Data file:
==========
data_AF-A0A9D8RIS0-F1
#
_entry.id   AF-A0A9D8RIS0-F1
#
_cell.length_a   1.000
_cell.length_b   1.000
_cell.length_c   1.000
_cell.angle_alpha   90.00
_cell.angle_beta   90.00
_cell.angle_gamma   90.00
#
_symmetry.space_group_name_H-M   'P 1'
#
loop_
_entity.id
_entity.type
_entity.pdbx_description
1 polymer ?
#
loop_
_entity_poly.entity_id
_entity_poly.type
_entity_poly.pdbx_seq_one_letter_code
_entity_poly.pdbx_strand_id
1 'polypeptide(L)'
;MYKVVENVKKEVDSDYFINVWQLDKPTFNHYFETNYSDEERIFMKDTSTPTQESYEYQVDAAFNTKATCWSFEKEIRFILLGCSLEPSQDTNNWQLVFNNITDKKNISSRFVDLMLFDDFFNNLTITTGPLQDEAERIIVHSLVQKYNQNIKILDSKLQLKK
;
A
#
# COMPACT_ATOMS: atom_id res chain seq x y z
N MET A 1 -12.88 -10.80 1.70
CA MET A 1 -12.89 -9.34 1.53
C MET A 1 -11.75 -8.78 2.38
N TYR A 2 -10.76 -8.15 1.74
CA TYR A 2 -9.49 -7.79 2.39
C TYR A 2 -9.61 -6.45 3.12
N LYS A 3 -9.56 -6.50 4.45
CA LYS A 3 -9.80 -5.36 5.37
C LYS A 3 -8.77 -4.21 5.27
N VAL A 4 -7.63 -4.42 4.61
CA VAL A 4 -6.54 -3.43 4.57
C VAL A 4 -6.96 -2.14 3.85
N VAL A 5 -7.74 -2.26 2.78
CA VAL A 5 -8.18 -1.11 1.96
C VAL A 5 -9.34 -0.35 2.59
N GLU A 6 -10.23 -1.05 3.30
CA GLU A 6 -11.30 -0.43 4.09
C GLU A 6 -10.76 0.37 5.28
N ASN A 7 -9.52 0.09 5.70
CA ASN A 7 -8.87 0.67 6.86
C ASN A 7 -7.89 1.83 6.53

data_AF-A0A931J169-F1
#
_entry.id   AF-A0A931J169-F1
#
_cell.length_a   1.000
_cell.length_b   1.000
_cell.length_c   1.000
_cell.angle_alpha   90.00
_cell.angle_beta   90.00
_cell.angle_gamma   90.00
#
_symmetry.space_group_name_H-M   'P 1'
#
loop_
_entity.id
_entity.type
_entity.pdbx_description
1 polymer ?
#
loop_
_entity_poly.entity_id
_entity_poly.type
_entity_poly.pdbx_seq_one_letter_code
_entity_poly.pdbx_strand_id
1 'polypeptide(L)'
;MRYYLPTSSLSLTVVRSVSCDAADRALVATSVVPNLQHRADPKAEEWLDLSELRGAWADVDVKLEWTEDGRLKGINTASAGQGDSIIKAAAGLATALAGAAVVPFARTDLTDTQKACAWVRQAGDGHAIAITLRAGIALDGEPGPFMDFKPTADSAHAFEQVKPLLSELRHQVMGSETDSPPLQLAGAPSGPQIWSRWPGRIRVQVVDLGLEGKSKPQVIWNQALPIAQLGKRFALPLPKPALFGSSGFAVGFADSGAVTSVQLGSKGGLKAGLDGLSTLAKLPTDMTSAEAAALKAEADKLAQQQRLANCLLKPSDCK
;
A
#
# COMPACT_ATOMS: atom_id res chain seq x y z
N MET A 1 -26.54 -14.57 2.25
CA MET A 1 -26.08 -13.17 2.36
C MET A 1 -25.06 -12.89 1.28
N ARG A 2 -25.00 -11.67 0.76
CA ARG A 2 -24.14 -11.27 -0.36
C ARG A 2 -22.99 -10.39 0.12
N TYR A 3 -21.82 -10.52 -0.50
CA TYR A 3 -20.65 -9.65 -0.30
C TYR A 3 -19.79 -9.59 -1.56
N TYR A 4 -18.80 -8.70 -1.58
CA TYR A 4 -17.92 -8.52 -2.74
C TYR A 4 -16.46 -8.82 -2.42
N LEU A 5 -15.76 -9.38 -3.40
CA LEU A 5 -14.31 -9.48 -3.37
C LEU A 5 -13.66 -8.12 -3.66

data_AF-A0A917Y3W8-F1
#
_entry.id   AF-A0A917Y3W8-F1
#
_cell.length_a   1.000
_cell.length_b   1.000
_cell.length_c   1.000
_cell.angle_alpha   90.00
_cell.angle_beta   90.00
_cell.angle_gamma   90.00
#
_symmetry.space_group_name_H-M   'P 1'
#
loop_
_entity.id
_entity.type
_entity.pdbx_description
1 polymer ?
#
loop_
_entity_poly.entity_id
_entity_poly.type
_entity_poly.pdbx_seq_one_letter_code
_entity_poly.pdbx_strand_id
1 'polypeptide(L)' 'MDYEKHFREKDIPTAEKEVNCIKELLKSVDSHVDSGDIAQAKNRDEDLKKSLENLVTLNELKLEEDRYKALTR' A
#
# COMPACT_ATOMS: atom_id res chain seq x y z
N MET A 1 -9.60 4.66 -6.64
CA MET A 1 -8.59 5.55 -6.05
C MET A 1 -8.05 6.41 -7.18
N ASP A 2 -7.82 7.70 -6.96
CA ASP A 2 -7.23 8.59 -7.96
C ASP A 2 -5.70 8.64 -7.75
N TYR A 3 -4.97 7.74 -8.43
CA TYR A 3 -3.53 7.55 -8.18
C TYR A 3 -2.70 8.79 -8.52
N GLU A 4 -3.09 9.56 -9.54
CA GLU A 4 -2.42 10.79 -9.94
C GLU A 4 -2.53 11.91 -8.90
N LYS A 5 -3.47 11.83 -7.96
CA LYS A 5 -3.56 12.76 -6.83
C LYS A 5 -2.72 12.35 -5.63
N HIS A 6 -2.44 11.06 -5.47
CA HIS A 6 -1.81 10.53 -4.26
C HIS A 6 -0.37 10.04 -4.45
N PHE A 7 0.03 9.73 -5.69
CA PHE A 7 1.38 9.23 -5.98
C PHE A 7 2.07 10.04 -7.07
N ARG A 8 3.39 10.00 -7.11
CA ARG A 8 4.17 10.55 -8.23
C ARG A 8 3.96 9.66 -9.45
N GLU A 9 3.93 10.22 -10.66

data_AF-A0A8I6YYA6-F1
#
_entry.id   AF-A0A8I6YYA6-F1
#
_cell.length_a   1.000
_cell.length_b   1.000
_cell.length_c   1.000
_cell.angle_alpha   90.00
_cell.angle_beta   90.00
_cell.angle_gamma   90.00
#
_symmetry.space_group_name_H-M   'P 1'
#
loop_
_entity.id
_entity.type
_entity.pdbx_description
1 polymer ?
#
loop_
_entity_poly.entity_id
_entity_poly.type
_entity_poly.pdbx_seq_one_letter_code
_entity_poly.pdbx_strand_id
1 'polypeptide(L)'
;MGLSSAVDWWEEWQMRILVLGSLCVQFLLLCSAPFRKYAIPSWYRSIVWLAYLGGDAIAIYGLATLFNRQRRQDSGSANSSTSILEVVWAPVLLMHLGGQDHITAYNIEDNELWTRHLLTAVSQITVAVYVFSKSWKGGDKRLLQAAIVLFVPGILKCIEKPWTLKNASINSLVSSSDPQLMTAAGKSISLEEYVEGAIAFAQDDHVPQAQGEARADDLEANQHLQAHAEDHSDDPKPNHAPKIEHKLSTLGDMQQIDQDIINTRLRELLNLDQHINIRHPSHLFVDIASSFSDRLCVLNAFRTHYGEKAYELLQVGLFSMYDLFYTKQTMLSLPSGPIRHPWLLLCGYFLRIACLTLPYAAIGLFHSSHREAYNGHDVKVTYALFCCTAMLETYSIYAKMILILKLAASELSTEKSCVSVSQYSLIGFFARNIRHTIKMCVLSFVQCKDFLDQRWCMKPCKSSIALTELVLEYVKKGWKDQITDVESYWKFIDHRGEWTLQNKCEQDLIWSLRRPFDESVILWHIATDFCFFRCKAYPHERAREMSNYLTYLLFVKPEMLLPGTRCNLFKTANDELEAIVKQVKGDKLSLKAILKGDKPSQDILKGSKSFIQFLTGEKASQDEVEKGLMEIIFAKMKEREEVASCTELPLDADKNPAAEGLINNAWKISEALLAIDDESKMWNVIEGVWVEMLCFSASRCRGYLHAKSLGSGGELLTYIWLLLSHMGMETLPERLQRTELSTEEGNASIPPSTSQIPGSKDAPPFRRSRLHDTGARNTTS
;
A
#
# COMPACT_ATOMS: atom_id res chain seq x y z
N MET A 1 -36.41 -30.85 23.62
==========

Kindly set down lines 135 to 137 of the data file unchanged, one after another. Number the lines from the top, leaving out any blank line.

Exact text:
C GLU A 4 -2.53 11.91 -8.90
N LYS A 5 -3.47 11.83 -7.96
CA LYS A 5 -3.56 12.76 -6.83